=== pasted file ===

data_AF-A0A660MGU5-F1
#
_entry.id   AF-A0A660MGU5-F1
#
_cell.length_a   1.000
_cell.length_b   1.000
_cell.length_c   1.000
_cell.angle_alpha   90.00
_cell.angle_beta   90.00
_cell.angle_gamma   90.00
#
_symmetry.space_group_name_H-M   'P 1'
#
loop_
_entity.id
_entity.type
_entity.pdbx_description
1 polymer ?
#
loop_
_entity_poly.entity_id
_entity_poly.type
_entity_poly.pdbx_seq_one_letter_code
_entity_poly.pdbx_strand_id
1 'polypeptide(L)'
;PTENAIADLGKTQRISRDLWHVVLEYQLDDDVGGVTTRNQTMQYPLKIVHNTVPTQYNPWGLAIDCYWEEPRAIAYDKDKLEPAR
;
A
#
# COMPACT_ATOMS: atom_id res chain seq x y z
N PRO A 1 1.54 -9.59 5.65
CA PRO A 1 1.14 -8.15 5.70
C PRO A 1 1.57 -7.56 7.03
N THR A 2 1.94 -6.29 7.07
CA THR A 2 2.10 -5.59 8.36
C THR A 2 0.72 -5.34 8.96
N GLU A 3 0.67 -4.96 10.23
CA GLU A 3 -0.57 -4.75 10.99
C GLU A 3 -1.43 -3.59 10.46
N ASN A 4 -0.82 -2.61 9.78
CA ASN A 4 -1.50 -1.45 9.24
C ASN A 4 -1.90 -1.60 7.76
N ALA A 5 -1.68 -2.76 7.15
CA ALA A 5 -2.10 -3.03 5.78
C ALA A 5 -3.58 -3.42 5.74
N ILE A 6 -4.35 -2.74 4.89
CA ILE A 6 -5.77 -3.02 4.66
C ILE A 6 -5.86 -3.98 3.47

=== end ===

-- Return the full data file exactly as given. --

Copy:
data_AF-A0A660MGU5-F1
#
_entry.id   AF-A0A660MGU5-F1
#
_cell.length_a   1.000
_cell.length_b   1.000
_cell.length_c   1.000
_cell.angle_alpha   90.00
_cell.angle_beta   90.00
_cell.angle_gamma   90.00
#
_symmetry.space_group_name_H-M   'P 1'
#
loop_
_entity.id
_entity.type
_entity.pdbx_description
1 polymer ?
#
loop_
_entity_poly.entity_id
_entity_poly.type
_entity_poly.pdbx_seq_one_letter_code
_entity_poly.pdbx_strand_id
1 'polypeptide(L)'
;PTENAIADLGKTQRISRDLWHVVLEYQLDDDVGGVTTRNQTMQYPLKIVHNTVPTQYNPWGLAIDCYWEEPRAIAYDKDKLEPAR
;
A
#
# COMPACT_ATOMS: atom_id res chain seq x y z
N PRO A 1 1.54 -9.59 5.65
CA PRO A 1 1.14 -8.15 5.70
C PRO A 1 1.57 -7.56 7.03
N THR A 2 1.94 -6.29 7.07
CA THR A 2 2.10 -5.59 8.36
C THR A 2 0.72 -5.34 8.96
N GLU A 3 0.67 -4.96 10.23
CA GLU A 3 -0.57 -4.75 10.99
C GLU A 3 -1.43 -3.59 10.46
N ASN A 4 -0.82 -2.61 9.78
CA ASN A 4 -1.50 -1.45 9.24
C ASN A 4 -1.90 -1.60 7.76
N ALA A 5 -1.68 -2.76 7.15
CA ALA A 5 -2.10 -3.03 5.78
C ALA A 5 -3.58 -3.42 5.74
N ILE A 6 -4.35 -2.74 4.89
CA ILE A 6 -5.77 -3.02 4.66
C ILE A 6 -5.86 -3.98 3.47